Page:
Good memory, SassyLass.
I did do a long-ish flat tow, used a regular load binding/towing chain (maybe 3/8" link?), towed with a dual-rear pickup. Actually I've towed it a little with my single-rear Ram 2500 as well, but that was a little sketchy because of reduced drive wheel traction and because its cooling system (trans or engine, I'm not sure which) isn't what it used to be.
IIRC we did in excess of 40 MPH at times, but the brakes on the bus were fully functional, working on relatively straight and flat terrain with good visibility, and we literally did do some of the towing after midnight so there was minimal if any traffic.
I'd be uncomfortable about flat towing a bus without its own brakes at least mostly working. Based on my towing of 10-15k pound trailers with my pickup, it'll get the load going much faster than it'll stop the load because the truck's tires lock up and skid easily. My knowledge of 1940s era vehicles is zero but you mention the brakes are hydraulic. Do they have vacuum boost? If so you might use a portable vacuum pump and an air compressor tank, or the Harbor Freight 11 gallon air tank, as a way to build up a reserve of vacuum analogous to the periodic re-pressurizing I did with my air brake system. Either way I think it'd be time well spent to bring its brakes into functional even if not "road worthy" condition.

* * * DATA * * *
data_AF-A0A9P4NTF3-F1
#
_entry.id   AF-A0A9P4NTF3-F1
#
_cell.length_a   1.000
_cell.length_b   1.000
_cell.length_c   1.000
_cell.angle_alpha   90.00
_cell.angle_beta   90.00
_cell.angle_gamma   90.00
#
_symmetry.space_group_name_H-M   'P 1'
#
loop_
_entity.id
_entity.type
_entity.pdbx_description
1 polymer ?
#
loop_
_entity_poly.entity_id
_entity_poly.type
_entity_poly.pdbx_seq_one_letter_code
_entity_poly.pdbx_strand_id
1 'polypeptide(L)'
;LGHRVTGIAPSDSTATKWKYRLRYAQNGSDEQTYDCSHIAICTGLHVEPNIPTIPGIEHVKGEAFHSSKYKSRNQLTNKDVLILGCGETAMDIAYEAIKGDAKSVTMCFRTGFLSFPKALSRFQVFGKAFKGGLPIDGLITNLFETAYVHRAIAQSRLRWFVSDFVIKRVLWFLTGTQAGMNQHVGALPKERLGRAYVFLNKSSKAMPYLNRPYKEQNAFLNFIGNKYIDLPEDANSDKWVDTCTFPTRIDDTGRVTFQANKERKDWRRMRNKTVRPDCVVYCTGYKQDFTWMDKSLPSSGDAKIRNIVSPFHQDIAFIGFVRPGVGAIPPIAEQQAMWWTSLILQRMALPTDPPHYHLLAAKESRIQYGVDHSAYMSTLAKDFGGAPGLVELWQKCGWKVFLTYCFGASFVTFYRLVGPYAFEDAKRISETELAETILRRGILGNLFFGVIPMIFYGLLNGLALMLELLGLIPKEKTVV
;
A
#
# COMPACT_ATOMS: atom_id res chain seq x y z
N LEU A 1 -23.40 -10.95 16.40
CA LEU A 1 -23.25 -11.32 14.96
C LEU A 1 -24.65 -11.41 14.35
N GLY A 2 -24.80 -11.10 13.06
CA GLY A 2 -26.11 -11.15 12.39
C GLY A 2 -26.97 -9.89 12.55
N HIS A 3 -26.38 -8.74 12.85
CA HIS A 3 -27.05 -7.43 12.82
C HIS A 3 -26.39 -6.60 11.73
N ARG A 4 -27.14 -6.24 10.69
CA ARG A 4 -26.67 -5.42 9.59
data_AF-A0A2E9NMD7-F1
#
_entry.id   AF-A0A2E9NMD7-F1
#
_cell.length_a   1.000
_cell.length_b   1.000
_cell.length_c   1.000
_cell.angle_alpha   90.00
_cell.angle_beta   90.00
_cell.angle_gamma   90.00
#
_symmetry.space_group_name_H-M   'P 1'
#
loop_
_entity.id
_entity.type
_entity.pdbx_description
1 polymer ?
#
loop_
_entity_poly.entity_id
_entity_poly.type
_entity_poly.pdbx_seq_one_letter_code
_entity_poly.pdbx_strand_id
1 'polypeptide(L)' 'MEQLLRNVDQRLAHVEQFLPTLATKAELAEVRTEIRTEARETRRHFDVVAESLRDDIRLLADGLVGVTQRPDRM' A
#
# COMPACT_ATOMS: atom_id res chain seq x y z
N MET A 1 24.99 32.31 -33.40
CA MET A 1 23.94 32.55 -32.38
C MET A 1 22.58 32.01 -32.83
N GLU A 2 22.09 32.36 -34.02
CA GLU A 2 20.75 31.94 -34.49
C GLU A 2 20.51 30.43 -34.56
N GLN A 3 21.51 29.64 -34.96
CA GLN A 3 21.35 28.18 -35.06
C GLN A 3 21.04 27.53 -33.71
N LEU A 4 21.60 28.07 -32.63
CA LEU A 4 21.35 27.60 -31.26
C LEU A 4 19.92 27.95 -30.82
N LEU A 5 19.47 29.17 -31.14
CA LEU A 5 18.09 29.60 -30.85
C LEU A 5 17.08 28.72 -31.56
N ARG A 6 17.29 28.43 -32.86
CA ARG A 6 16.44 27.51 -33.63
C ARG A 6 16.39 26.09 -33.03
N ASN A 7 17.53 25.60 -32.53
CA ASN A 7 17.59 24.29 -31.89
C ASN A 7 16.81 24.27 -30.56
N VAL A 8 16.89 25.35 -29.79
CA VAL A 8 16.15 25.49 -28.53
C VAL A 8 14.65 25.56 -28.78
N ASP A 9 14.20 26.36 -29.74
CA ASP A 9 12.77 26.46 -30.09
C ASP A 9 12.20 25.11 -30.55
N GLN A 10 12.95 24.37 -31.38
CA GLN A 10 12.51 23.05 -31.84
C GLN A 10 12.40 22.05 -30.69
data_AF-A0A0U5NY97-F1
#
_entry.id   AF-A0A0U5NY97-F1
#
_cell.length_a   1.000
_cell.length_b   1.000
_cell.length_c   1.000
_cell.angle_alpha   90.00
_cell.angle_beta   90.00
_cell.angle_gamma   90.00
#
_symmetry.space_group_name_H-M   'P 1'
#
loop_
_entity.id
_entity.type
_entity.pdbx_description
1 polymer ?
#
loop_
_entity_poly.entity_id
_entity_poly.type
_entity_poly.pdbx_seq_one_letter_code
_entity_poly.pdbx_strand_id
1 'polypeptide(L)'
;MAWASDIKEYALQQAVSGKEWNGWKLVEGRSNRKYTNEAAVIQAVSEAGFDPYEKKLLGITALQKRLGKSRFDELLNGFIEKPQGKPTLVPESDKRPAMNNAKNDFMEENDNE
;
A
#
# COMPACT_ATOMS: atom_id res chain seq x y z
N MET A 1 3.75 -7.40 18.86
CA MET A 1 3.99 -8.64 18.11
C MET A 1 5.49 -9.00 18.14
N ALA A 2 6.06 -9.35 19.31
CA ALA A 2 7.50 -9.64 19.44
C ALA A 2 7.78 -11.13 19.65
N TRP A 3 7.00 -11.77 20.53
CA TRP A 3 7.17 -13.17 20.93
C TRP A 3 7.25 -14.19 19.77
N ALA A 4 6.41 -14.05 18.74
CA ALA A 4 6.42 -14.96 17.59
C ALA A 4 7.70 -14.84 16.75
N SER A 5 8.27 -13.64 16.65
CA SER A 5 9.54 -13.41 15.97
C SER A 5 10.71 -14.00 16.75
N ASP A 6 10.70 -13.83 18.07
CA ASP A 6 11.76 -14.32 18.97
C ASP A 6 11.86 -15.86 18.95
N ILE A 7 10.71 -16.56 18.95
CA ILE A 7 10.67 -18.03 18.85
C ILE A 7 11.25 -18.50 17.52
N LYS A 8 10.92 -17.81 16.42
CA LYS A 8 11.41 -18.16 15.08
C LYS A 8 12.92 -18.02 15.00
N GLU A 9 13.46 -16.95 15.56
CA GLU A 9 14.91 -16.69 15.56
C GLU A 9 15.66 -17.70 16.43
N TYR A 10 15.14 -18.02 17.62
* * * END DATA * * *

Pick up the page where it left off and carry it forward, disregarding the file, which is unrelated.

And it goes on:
Once you get off road.... wow. Good luck. I tried to tug my bus (20k pounds) up a very very slight slope with a skid loader. It's slight enough that the bus won't roll down the slope without being pushed. The ground was fairly smooth, and the loader was working on a few inches of 2 inch minus gravel. It dug down through the gravel to the soil below and then just spun. It is 4WD like your NH, however its tires are only about 12x30 inches outside dimensions and the tread is shallow, maybe just 1/2". Your NH with its much larger tires may get much better traction than my skid loader did. I guess you could disconnect the drive shaft from the differential and get under there with a bar and socket to manually propel the bus!
The solid tow bar sounds nice so far as keeping the two vehicles from colliding. However, if the towing truck doesn't have enough rear end traction during a slow/stop, the bus pushing on a rigid tow bar might cause that rear end to break its traction and jack-knife.
If the hill isn't too steep, simple rolling friction might be enough to keep the speed manageable. You could try coasting the pickup truck down the hill on its own and see what speed it reaches.
With the front bumper potentially not being a robust tow point, what about the spring hangers for the front axle? You probably wouldn't want the chain(s) sweeping side to side under the front overhang of the bus though; maybe it could be secured near the front end of the frame rail to prevent lateral movement. Another piece of chain wound around the frame rail and towing chain, for example..?
As always, don't forget weights like a blanket, spare chain, etc draped over the towing chain/strap to dampen its recoil in case it snaps, particularly on the off-road climb where towing forces will be higher.
Taskswap's suggestion to take it 2 MPH sounds extreme, but if your patience can bear it, spending an hour actually doing the tow really wouldn't be so bad. At just 2 MPH it probably wouldn't coast far before coming to a stop on its own.